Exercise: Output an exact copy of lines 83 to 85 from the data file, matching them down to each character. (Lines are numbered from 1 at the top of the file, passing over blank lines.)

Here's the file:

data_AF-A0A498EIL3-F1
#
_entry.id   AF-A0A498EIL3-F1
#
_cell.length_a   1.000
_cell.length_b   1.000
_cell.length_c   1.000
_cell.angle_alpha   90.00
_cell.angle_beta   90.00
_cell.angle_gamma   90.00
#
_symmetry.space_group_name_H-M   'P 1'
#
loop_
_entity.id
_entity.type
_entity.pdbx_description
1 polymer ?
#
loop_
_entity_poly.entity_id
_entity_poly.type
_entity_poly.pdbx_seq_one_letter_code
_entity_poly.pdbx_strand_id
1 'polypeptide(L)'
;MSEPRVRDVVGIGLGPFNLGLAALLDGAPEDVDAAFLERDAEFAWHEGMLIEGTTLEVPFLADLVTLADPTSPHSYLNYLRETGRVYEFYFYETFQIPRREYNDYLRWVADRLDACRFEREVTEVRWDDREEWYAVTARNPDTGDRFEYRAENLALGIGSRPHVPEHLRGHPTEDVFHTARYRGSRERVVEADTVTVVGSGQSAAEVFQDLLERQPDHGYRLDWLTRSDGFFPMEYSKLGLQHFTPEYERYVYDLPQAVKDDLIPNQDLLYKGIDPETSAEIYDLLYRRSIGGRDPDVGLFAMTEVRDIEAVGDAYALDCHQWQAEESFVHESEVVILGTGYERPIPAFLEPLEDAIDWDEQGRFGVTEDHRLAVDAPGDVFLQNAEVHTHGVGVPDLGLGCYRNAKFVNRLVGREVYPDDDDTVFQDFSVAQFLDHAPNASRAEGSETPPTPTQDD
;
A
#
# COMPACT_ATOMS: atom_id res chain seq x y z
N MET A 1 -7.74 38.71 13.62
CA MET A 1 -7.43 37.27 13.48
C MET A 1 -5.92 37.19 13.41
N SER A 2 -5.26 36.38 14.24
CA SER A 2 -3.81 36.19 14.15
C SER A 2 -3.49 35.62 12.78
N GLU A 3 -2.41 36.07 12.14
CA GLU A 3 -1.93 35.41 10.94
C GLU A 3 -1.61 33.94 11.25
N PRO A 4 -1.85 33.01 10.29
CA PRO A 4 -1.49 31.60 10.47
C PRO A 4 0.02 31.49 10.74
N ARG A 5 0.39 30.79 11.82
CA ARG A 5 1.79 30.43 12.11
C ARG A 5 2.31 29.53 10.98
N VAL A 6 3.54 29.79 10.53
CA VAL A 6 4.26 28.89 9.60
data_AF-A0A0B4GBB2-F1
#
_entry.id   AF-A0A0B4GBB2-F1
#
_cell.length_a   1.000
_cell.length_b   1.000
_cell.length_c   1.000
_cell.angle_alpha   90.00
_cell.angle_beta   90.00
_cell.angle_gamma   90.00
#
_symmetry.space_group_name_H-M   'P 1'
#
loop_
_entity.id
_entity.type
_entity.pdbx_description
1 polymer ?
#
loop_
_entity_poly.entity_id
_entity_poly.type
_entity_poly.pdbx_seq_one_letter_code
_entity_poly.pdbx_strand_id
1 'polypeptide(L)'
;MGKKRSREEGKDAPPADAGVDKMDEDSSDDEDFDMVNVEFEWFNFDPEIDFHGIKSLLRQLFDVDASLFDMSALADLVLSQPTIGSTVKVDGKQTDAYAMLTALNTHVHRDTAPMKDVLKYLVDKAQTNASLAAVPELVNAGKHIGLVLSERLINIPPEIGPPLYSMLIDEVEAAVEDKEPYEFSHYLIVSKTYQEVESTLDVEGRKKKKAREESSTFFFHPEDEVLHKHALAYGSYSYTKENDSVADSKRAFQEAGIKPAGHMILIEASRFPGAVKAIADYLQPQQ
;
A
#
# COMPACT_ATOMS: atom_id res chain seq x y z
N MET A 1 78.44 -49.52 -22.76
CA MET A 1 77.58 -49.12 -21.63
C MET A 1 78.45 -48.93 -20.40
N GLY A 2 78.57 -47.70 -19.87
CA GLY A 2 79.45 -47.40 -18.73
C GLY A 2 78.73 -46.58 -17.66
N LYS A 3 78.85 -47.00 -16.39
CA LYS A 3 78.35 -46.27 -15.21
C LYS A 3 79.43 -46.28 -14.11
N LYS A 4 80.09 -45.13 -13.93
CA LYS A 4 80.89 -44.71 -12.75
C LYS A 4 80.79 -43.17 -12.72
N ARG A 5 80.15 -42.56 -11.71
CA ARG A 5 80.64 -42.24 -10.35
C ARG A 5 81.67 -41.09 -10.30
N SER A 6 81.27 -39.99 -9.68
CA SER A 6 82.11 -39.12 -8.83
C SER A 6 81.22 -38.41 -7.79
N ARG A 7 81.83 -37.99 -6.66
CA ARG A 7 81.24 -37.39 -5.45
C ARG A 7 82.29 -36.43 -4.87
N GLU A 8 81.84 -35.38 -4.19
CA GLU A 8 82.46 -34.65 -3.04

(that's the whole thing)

C GLY A 2 78.73 -46.58 -17.66
N LYS A 3 78.85 -47.00 -16.39
CA LYS A 3 78.35 -46.27 -15.21